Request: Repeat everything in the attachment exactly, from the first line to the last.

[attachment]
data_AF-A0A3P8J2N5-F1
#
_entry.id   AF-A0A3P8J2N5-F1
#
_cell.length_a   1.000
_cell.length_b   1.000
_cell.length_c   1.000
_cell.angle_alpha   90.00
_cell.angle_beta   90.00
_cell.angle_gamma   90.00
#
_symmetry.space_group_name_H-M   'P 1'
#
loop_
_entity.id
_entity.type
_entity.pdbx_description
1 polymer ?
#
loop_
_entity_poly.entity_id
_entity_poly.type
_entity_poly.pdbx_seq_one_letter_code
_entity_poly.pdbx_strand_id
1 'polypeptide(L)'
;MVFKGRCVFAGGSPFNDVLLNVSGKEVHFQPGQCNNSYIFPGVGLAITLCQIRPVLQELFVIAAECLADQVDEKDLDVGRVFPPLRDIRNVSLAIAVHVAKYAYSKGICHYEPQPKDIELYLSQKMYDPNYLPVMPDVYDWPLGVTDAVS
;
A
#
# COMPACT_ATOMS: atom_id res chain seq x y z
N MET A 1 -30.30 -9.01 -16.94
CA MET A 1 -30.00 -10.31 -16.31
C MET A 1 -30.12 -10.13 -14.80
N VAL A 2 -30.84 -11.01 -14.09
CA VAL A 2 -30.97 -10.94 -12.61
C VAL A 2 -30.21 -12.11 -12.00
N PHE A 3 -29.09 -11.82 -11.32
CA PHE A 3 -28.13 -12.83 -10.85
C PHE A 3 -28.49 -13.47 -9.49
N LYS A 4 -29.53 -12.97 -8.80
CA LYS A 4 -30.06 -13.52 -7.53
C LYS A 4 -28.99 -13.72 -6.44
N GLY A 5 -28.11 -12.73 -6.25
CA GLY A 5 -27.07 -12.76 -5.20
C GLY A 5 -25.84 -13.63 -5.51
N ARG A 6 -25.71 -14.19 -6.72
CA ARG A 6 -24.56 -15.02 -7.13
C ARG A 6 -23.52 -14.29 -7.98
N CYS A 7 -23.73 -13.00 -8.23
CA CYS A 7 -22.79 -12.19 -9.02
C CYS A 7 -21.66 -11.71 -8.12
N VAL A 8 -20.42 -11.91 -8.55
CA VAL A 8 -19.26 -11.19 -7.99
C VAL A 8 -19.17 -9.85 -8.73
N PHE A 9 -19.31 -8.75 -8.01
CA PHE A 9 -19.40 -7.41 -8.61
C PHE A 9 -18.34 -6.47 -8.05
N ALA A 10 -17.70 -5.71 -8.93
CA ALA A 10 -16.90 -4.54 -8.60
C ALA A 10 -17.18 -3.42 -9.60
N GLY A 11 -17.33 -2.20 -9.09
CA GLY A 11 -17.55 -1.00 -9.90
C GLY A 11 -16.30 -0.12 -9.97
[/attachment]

data_AF-A0A3P8J2N5-F1
#
_entry.id   AF-A0A3P8J2N5-F1
#
_cell.length_a   1.000
_cell.length_b   1.000
_cell.length_c   1.000
_cell.angle_alpha   90.00
_cell.angle_beta   90.00
_cell.angle_gamma   90.00
#
_symmetry.space_group_name_H-M   'P 1'
#
loop_
_entity.id
_entity.type
_entity.pdbx_description
1 polymer ?
#
loop_
_entity_poly.entity_id
_entity_poly.type
_entity_poly.pdbx_seq_one_letter_code
_entity_poly.pdbx_strand_id
1 'polypeptide(L)'
;MVFKGRCVFAGGSPFNDVLLNVSGKEVHFQPGQCNNSYIFPGVGLAITLCQIRPVLQELFVIAAECLADQVDEKDLDVGRVFPPLRDIRNVSLAIAVHVAKYAYSKGICHYEPQPKDIELYLSQKMYDPNYLPVMPDVYDWPLGVTDAVS
;
A
#
# COMPACT_ATOMS: atom_id res chain seq x y z
N MET A 1 -30.30 -9.01 -16.94
CA MET A 1 -30.00 -10.31 -16.31
C MET A 1 -30.12 -10.13 -14.80
N VAL A 2 -30.84 -11.01 -14.09
CA VAL A 2 -30.97 -10.94 -12.61
C VAL A 2 -30.21 -12.11 -12.00
N PHE A 3 -29.09 -11.82 -11.32
CA PHE A 3 -28.13 -12.83 -10.85
C PHE A 3 -28.49 -13.47 -9.49
N LYS A 4 -29.53 -12.97 -8.80
CA LYS A 4 -30.06 -13.52 -7.53
C LYS A 4 -28.99 -13.72 -6.44
N GLY A 5 -28.11 -12.73 -6.25
CA GLY A 5 -27.07 -12.76 -5.20
C GLY A 5 -25.84 -13.63 -5.51
N ARG A 6 -25.71 -14.19 -6.72
CA ARG A 6 -24.56 -15.02 -7.13
C ARG A 6 -23.52 -14.29 -7.98
N CYS A 7 -23.73 -13.00 -8.23
CA CYS A 7 -22.79 -12.19 -9.02
C CYS A 7 -21.66 -11.71 -8.12
N VAL A 8 -20.42 -11.91 -8.55
CA VAL A 8 -19.26 -11.19 -7.99
C VAL A 8 -19.17 -9.85 -8.73
N PHE A 9 -19.31 -8.75 -8.01
CA PHE A 9 -19.40 -7.41 -8.61
C PHE A 9 -18.34 -6.47 -8.05
N ALA A 10 -17.70 -5.71 -8.93
CA ALA A 10 -16.90 -4.54 -8.60
C ALA A 10 -17.18 -3.42 -9.60
N GLY A 11 -17.33 -2.20 -9.09
CA GLY A 11 -17.55 -1.00 -9.90
C GLY A 11 -16.30 -0.12 -9.97